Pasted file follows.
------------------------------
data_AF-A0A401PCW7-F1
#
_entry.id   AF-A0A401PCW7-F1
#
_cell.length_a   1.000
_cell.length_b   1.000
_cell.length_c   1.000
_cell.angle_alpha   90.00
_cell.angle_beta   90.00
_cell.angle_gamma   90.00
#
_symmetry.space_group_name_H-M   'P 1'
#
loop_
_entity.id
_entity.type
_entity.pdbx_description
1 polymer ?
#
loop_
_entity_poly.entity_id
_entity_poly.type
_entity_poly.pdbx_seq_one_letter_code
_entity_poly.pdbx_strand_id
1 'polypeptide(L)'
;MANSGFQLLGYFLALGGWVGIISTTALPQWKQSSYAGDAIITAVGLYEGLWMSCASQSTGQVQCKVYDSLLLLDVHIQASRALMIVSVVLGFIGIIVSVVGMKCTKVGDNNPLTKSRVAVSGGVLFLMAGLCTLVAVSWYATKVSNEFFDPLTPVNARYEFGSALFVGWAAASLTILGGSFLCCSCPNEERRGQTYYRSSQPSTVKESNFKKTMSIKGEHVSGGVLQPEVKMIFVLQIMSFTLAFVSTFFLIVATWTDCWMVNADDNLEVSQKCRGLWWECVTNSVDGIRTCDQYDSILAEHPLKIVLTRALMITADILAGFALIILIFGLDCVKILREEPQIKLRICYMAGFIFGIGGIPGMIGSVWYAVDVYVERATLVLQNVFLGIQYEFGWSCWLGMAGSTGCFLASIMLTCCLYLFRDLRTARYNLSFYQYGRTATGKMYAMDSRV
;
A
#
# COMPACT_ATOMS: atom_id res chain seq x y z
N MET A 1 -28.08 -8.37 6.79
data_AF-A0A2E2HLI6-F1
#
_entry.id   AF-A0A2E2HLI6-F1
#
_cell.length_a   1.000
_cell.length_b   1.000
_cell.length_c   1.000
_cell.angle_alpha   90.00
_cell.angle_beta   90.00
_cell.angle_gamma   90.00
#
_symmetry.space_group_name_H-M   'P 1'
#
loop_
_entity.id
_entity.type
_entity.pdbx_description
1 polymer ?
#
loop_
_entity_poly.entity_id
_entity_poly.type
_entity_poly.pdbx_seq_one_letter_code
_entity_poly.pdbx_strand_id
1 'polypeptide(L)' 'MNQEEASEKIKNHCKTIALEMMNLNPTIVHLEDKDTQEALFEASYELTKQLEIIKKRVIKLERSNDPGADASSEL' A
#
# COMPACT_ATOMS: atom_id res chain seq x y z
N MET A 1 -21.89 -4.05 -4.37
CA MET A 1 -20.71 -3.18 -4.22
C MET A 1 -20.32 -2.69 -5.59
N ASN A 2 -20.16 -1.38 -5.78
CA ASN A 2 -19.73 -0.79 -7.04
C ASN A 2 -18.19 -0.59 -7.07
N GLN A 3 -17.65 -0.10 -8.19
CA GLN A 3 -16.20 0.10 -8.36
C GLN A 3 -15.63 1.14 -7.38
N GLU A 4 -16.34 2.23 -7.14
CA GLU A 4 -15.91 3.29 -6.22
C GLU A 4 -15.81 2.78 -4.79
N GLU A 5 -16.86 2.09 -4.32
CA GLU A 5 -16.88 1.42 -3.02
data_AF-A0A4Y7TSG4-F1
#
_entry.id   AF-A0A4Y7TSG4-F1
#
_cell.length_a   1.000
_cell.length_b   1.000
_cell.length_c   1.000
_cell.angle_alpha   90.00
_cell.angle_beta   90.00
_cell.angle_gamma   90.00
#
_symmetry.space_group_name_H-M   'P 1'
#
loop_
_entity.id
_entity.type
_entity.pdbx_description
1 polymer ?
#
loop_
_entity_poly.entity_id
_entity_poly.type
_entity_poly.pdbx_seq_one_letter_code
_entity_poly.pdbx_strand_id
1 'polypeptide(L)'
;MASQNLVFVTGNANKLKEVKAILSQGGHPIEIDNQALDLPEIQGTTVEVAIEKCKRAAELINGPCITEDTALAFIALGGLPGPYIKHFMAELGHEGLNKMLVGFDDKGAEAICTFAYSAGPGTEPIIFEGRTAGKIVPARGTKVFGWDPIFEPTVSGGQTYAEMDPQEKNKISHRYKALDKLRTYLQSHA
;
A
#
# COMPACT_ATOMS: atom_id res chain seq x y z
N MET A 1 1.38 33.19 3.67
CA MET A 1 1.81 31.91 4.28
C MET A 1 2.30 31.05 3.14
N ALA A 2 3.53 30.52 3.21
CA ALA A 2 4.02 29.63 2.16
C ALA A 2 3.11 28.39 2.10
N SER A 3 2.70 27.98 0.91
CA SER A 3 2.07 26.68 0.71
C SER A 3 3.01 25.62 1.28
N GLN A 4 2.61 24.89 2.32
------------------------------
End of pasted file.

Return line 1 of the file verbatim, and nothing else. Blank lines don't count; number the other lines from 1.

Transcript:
data_AF-A0A401PCW7-F1